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The Berger series is a group of tests that are used for assessing computer programming and operational aptitude. There are four tests in the series: programming (form D), programming advanced form, computer operator, and systems operator. These tests are frequently used by employers to determine whether or not an individual has the ability to learn and efficiently use these computing skills. They are used to find the individual who is best suited for a particular position, regardless of experience.
Each of the Berger series tests has approximately 24 to 30 questions. The test time ranges from one to two hours, depending on the complexity of the subject. Completed tests are scored by Pyschometrics, Inc., which is the only company to offer the exams. Results are typically sent by mail, though the Berger Systems Programmer Aptitude Test is scored over the phone.
As the tests in the Berger series measure aptitude, they do not necessarily favor individuals with previous experience in programming or operations. Most of the tests are written so that no experience is necessary in order to understand and complete them successfully. Questions are written in such a way that the taker must use the same problem-solving skills as would be used by a programmer or operator.
The Berger series Aptitude for Programming Test Advanced Form, also known as B-APT AF, requires some knowledge of the field in order to complete it successfully. It is usually used to find top-level resources for more complex programming positions. An ideal candidate for the test will have taken some computing classes and has an entry-level understanding of programming language.
All of the tests in the Berger series use scenarios to test candidates. The exams simulate a typical computing environment. Questions guide the test taker through work samples, each of which has a problem which must be solved. The problems are divided into sections, with questions that measure how an individual would handle both simple and complex issues.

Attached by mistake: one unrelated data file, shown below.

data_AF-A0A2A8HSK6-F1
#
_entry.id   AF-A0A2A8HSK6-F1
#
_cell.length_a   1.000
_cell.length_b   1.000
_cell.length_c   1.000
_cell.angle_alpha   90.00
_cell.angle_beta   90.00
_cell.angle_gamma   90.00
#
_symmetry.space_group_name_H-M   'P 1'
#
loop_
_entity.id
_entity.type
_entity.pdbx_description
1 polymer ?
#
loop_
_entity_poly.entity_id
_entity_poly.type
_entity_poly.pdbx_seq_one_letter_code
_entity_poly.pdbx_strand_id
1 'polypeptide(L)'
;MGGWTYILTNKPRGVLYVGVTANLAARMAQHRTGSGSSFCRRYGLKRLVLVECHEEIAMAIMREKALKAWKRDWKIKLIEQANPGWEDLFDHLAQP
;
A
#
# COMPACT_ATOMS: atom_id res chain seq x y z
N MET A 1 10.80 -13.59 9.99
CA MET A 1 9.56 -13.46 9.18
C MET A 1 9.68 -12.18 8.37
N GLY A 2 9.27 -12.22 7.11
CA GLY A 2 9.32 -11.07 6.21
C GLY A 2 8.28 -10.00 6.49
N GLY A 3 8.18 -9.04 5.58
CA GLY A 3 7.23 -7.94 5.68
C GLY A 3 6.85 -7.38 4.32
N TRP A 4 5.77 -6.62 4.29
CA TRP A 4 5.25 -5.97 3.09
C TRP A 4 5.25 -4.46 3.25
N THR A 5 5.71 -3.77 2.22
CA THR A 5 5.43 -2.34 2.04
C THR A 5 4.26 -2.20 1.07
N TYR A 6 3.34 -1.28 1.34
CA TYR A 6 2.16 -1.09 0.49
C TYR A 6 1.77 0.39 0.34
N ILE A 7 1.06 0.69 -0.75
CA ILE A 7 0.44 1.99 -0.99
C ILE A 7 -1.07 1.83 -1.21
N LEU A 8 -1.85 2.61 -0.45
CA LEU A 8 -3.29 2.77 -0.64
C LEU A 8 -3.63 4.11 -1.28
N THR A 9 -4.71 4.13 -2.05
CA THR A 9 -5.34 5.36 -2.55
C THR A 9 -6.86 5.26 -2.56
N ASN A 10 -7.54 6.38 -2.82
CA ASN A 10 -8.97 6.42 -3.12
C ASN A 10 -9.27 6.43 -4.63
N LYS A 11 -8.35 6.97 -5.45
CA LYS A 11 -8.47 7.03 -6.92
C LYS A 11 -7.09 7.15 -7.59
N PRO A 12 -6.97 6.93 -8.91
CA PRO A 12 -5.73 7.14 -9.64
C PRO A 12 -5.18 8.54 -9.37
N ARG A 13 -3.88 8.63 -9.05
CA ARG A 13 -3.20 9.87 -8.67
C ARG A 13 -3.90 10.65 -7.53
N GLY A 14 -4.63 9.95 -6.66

Raymond Berger, PhD, and Frances Berger, PhD, are the creators of the Berger series of tests. Together, they are the directors of Psychometrics Inc., a company that designs information technology (IT) assessment tests. Their exams are typically used to determine whether an individual has the technical ability necessary for a particular job. They may also help to determine what training is necessary to give the test taker the necessary skills for a position or whether or not a candidate is ready for a promotion.
@everetra - Yes, I agree. If you’re applying for a job, you usually need to bring some certification to the table if you want to stand out from the competition.
It’s not the job of the prospective employer to screen you. The article does say that there are advanced Berger tests which measure proficiency with certain languages like Java or C++.
But I still believe that the vendor specific tests (and certifications) are better predictors of how well an employee knows his stuff.
@Charred - That’s great. Everyone has a story to tell about how they got their first job.
I don’t know much about these Berger tests, but just from what I’ve read, I don’t think most companies would put too much stock in them.
That’s just my opinion. The reason is that there are so many vendor specific tests out there that do a better job of measuring programming aptitude for a specific technology.
I realize that the Berger test is generic, not geared to a language. But there are other ways of finding if someone is “wired” for programming, like if they have taken computer classes or done any internships.
I suppose if you have nothing else to go on, the Berger test would be adequate. I can see where it would work for an internal job applicant, like your case; I doubt it would be useful to ferret out candidates from the outside.
My first break into computer programming came when I worked for a drop shipping mail order company. I had been a data entry operator for them and expressed a desire to move into their IT department.
Of course as a data entry operator they didn’t know off hand whether I could work as a programmer; I knew I could, since I had learned BASIC programming as a teenager years earlier.
Anyway, they gave me the Berger test for computer programmers. I had to complete it in an hour, which I did. When the results came in, I scored very high, and they gave me an entry level position in I.T.
I mainly did scripting and some light networking stuff, but still, it was a lucky break.